Tuesday, March 11, 2008

HSR by the Numbers

NOTE: We've moved! Visit us at the California High Speed Rail Blog.

The high speed rail movement has just welcomed a powerful new ally to its ranks - the California Public Interest Research Group, or CALPIRG. A recent CALPIRG study, A Better Way to Go: Meeting America's 21st Century Transportation Challenges with Modern Public Transit emphasizes high speed rail as a solution to our environmental and transportation challenges.

Steve Blackledge, a former policy director for CALPIRG, provides some useful stats fleshing out their case:

The report found that thanks to public transit, each year California saves more than 486 million gallons of oil, the rough equivalent of taking more than 800,000 cars off the road. As a result, California is far less dependent on oil than we otherwise would be and consumers are less susceptible to gas price spikes. Additionally, the state of California is committed to reducing our global warming pollution by 25% by 2020, a commitment that will be difficult to reach unless we reduce our dependence on cars. Public transit already prevents almost 3.6 million metric tons of carbon dioxide pollution annually....

In fact, this November, California voters will have the opportunity to support a bond measure to cement the state’s commitment to building high-speed rail. The rail line would take up to 92 million car trips off the road each year and take 18 million travelers who would otherwise fly. That means a lot less traffic, a lot less pollution, and billions in avoided costs in road and airport expansions.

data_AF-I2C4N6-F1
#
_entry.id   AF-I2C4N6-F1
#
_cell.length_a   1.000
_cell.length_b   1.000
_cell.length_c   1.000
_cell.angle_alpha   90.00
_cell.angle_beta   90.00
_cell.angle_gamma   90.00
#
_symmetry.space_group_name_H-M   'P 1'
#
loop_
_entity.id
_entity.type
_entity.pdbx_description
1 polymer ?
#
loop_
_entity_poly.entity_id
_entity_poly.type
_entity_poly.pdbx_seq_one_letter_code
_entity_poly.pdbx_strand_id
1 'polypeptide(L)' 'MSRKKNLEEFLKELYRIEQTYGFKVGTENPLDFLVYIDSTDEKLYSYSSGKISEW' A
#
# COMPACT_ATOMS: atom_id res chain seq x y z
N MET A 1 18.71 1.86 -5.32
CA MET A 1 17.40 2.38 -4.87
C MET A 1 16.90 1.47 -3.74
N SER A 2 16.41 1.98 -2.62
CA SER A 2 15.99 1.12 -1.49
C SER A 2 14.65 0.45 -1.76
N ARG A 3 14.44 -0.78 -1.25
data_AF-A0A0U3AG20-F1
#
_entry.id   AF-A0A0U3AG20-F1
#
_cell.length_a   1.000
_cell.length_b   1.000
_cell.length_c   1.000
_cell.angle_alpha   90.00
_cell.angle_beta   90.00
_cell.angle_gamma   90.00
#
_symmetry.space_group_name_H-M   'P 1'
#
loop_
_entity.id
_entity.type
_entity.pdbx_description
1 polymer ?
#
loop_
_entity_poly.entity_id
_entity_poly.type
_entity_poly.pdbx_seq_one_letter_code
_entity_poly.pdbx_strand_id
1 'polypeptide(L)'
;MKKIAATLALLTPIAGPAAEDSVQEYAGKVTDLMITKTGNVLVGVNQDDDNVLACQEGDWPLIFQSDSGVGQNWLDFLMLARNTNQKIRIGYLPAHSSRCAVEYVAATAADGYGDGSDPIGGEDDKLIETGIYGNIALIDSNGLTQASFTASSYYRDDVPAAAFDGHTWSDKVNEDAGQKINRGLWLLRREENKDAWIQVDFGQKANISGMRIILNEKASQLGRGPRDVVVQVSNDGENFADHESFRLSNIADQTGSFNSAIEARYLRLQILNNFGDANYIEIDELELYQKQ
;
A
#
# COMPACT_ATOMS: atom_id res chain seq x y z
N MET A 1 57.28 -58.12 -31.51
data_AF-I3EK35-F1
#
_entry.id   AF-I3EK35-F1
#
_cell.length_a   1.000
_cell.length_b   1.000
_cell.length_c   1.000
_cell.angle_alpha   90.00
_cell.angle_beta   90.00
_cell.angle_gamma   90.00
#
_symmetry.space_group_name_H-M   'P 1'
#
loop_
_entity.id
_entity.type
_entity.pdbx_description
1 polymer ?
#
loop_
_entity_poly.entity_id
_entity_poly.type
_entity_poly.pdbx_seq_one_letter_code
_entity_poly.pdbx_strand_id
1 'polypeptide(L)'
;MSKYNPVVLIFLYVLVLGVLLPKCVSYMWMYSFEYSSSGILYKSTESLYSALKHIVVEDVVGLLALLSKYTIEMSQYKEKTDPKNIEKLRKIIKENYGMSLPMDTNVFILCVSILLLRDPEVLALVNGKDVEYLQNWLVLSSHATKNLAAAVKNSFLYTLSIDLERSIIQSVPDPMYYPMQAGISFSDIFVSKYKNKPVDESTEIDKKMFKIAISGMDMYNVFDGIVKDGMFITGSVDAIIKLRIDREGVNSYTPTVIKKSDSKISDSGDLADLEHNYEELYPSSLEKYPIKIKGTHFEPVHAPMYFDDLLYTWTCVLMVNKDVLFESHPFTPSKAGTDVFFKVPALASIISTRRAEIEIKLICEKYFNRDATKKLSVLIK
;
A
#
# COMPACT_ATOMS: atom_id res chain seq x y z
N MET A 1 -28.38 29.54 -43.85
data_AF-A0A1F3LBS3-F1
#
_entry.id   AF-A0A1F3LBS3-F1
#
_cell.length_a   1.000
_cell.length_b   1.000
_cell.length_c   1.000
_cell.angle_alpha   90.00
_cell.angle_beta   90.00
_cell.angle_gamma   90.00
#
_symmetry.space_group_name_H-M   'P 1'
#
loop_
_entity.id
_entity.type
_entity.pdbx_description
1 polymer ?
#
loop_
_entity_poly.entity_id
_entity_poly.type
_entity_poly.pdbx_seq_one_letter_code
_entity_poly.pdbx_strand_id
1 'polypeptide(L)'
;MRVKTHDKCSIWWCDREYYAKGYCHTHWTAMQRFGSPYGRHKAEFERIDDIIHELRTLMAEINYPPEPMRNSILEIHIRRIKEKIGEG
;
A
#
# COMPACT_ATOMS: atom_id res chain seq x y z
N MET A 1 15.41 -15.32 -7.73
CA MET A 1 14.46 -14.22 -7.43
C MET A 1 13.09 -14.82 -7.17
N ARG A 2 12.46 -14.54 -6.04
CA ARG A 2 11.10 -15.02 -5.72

We can add some more stats to those Blackledge provides. HSR alone would:

  • Reduce carbon dioxide emissions equivalent to removing 1.4 million cars from the road

  • Reduce CO2 emissions by up to 17.6 billion pounds/year

  • Reduce California’s oil consumption by up to 22 million barrels/year

(From Ryan Loney at the Support HSR Facebook group)

And the $9.95 billion high speed rail bond on the November ballot would direct $950 million toward investment in other intercity rail systems that would link other communities to the HSR line, generating further savings.

Of course, there's one last stat that should be noted. Oil prices neared $110 a barrel in trading today. The price of oil has soared for 5 years now - in 2003 the price was a mere $25/bbl. As peak oil begins to make its presence felt, the price of oil will either continue to soar, or supplies will fall - or both.

High speed rail isn't just an environmentally friendly method of transportation. It is a necessary project if we are to manage the climate and energy crises of this century.

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